Department of Energy Argonne National Laboratory Office of Science NEWTON's Homepage NEWTON's Homepage
NEWTON, Ask A Scientist!
NEWTON Home Page NEWTON Teachers Visit Our Archives Ask A Question How To Ask A Question Question of the Week Our Expert Scientists Volunteer at NEWTON! Frequently Asked Questions Referencing NEWTON About NEWTON About Ask A Scientist Education At Argonne Vapor Pressure: Solvent versus Solution
Status: student
Grade: 9-12
Location: N/A
Country: USA
Date: November 2007

Why is the vapor pressure of a solution is lower than vapor pressure of a pure solvent? What is happening on the molecular level?


Imagine the entropy of the vapor from the pure solvent and that of the solution. Since the solute does not have an appreciable vapor pressure, then we can say that only the solvent is in vapor form above both the pure solvent and the solution. In this case we can say that the entropy of the two systems are practically the same.

Now imagine the entropy of the pure solvent and that of the solution. Since there are more microstates (possible arrangements) in the solution than in the pure solvent, we say that the solution is more disorganized, has a higher entropy.

So now think of the change in entropy in going from a pure solvent to the vapor phase, and that of the solution going to the vapor phase - remembering that the vapor entropy in both systems are the same, and that the pure solvent has a lower entropy than that of the solution. This means that the change in entropy from the pure solvent to its vapor is higher than that of the solution to its vapor.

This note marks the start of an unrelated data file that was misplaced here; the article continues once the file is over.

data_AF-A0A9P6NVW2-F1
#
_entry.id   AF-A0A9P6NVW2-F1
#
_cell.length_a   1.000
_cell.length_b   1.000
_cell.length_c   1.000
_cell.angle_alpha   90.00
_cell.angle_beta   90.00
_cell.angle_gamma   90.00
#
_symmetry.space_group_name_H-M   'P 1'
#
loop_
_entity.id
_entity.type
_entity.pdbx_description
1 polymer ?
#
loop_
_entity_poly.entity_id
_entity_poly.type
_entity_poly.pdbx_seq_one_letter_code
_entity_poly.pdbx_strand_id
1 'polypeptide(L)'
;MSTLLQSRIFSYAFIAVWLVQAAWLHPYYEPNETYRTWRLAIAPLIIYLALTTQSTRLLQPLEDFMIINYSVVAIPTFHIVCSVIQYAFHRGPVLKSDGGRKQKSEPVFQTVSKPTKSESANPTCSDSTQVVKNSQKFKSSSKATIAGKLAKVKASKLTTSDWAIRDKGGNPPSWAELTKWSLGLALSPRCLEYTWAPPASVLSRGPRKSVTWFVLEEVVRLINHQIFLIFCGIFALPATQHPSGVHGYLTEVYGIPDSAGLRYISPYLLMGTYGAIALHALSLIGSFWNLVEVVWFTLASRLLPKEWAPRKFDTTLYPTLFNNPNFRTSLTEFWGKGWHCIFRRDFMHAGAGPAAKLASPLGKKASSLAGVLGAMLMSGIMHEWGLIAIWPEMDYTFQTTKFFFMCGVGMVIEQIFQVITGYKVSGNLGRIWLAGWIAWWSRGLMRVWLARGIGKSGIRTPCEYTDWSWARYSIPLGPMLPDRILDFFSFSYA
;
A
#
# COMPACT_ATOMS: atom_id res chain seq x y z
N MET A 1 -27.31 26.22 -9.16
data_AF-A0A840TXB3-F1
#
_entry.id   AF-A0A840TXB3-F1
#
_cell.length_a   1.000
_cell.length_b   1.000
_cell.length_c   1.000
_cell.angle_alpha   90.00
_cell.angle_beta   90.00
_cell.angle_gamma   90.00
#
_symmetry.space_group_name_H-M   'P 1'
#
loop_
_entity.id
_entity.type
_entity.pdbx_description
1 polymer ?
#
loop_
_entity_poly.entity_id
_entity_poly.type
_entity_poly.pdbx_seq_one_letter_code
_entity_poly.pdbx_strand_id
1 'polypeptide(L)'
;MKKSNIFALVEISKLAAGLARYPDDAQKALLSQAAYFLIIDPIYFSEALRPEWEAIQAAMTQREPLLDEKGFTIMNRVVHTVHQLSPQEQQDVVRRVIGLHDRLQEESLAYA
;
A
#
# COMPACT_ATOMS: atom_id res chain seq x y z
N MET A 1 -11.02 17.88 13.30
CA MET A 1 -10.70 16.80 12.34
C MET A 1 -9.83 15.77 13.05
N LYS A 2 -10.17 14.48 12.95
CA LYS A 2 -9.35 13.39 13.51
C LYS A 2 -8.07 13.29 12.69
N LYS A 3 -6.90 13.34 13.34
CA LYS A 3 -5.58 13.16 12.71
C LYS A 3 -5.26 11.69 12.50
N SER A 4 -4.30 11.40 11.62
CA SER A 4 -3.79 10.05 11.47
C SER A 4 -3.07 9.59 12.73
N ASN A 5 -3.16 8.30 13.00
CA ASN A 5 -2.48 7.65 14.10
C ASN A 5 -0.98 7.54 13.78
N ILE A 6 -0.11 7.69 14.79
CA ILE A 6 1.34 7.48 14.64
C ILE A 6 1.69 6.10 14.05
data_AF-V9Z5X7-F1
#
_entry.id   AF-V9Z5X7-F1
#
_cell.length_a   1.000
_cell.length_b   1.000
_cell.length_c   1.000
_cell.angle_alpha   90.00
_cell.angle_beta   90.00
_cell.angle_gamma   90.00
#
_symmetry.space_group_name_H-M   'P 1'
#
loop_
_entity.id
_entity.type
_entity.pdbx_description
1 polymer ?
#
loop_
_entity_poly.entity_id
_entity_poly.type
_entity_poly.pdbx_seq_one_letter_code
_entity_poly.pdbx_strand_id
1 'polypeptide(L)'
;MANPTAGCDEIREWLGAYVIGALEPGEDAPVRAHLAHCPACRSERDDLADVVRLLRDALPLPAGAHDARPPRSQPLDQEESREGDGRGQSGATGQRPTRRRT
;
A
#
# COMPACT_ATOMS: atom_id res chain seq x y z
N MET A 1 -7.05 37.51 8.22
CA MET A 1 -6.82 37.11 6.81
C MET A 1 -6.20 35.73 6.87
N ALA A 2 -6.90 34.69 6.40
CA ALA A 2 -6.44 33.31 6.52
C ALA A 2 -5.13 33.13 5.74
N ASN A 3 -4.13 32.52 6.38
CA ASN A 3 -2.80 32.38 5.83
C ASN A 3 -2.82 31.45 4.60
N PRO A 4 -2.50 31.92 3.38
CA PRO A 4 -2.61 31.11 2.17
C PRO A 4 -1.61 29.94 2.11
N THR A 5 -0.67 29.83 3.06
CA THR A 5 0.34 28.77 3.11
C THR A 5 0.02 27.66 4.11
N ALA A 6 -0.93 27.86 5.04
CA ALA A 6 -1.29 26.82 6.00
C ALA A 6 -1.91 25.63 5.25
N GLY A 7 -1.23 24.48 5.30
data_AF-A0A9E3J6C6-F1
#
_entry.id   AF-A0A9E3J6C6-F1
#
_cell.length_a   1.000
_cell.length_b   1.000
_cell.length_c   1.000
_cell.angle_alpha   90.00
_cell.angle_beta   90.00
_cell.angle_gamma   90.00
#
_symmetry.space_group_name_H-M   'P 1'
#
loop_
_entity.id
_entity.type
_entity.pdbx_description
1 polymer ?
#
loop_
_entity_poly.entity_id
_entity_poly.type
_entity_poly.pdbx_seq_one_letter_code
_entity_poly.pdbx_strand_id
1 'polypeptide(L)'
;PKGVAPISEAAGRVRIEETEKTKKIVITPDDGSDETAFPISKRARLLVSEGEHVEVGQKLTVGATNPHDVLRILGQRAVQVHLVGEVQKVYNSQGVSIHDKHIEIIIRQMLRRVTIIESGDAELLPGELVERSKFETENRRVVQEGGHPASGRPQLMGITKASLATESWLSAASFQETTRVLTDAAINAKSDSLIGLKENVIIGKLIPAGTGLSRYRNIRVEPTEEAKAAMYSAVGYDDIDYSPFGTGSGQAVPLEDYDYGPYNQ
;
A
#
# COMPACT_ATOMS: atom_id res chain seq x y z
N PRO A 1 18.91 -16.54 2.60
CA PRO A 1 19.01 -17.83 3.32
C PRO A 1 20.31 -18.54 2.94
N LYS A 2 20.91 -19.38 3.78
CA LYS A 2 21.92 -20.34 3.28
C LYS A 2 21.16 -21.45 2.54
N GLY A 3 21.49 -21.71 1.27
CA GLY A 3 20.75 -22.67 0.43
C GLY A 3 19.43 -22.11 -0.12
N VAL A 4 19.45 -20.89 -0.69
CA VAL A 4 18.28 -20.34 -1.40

If the change in entropy is higher and the final entropy state is the same, then the process with a higher entropy change is more favored, tends to be more spontaneous. Thus, we can expect that the pure solvent will spontaneously form more vapor (at a particular temperature) when compared to the solution.

Greg (Roberto Gregorius)

Your inquiry can be addressed at several levels of complexity. The simplest, and probably adequate, is that the vapor pressure of a solvent depends upon how many solvent molecules are present at the surface of the liquid. If the number of molecules at the surface is reduced by the presence of a solute, then the partial pressure of the solvent will be reduced in proportion to the number of solute molecules that replace the solvent molecules. This simple approach "explains" Raoult's Law that: P = Po*X where P is the partial pressure of solvent at mol fraction, X. and Po is the vapor pressure of the pure solvent.

Building off of that oversimplified picture you can see how various interactions at the molecular level can increase, or decrease, the relative number of mols of solute and/or solvent that could be present in any particular set of conditions.

Vince Calder

Click here to return to the Chemistry Archives

NEWTON is an electronic community for Science, Math, and Computer Science K-12 Educators, sponsored and operated by Argonne National Laboratory's Educational Programs, Andrew Skipor, Ph.D., Head of Educational Programs.

For assistance with NEWTON contact a System Operator (, or at Argonne's Educational Programs

Educational Programs
Building 360
9700 S. Cass Ave.
Argonne, Illinois
60439-4845, USA
Update: June 2012
Weclome To Newton

Argonne National Laboratory